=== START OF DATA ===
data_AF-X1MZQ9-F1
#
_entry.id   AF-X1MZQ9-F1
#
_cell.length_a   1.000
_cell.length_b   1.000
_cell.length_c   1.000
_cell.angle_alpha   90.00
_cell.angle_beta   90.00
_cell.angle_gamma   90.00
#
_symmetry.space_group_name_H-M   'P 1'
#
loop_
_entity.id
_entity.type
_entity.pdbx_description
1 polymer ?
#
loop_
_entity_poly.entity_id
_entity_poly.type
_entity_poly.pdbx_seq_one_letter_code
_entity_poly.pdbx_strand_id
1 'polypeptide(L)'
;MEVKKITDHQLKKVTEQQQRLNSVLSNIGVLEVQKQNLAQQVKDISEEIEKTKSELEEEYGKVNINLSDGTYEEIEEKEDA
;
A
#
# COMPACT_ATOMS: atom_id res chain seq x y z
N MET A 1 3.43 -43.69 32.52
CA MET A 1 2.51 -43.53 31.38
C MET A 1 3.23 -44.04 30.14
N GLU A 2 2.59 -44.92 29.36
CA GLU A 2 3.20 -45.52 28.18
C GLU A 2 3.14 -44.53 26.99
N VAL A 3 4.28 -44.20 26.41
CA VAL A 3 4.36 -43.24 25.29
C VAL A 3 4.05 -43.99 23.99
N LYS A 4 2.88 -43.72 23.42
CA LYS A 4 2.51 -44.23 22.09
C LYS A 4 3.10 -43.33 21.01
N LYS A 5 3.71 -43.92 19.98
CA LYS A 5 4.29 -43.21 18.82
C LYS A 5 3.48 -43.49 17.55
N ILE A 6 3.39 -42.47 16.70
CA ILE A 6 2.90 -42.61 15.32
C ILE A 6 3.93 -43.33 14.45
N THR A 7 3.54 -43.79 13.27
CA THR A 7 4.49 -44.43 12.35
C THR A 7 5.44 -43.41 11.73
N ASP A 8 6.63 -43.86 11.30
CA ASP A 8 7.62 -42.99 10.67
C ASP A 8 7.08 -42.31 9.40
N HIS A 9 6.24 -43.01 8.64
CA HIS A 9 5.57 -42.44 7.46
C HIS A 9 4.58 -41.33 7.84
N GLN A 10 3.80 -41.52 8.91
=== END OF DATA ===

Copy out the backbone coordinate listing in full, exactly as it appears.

data_AF-X1MZQ9-F1
#
_entry.id   AF-X1MZQ9-F1
#
_cell.length_a   1.000
_cell.length_b   1.000
_cell.length_c   1.000
_cell.angle_alpha   90.00
_cell.angle_beta   90.00
_cell.angle_gamma   90.00
#
_symmetry.space_group_name_H-M   'P 1'
#
loop_
_entity.id
_entity.type
_entity.pdbx_description
1 polymer ?
#
loop_
_entity_poly.entity_id
_entity_poly.type
_entity_poly.pdbx_seq_one_letter_code
_entity_poly.pdbx_strand_id
1 'polypeptide(L)'
;MEVKKITDHQLKKVTEQQQRLNSVLSNIGVLEVQKQNLAQQVKDISEEIEKTKSELEEEYGKVNINLSDGTYEEIEEKEDA
;
A
#
# COMPACT_ATOMS: atom_id res chain seq x y z
N MET A 1 3.43 -43.69 32.52
CA MET A 1 2.51 -43.53 31.38
C MET A 1 3.23 -44.04 30.14
N GLU A 2 2.59 -44.92 29.36
CA GLU A 2 3.20 -45.52 28.18
C GLU A 2 3.14 -44.53 26.99
N VAL A 3 4.28 -44.20 26.41
CA VAL A 3 4.36 -43.24 25.29
C VAL A 3 4.05 -43.99 23.99
N LYS A 4 2.88 -43.72 23.42
CA LYS A 4 2.51 -44.23 22.09
C LYS A 4 3.10 -43.33 21.01
N LYS A 5 3.71 -43.92 19.98
CA LYS A 5 4.29 -43.21 18.82
C LYS A 5 3.48 -43.49 17.55
N ILE A 6 3.39 -42.47 16.70
CA ILE A 6 2.90 -42.61 15.32
C ILE A 6 3.93 -43.33 14.45
N THR A 7 3.54 -43.79 13.27
CA THR A 7 4.49 -44.43 12.35
C THR A 7 5.44 -43.41 11.73
N ASP A 8 6.63 -43.86 11.30
CA ASP A 8 7.62 -42.99 10.67
C ASP A 8 7.08 -42.31 9.40
N HIS A 9 6.24 -43.01 8.64
CA HIS A 9 5.57 -42.44 7.46
C HIS A 9 4.58 -41.33 7.84
N GLN A 10 3.80 -41.52 8.91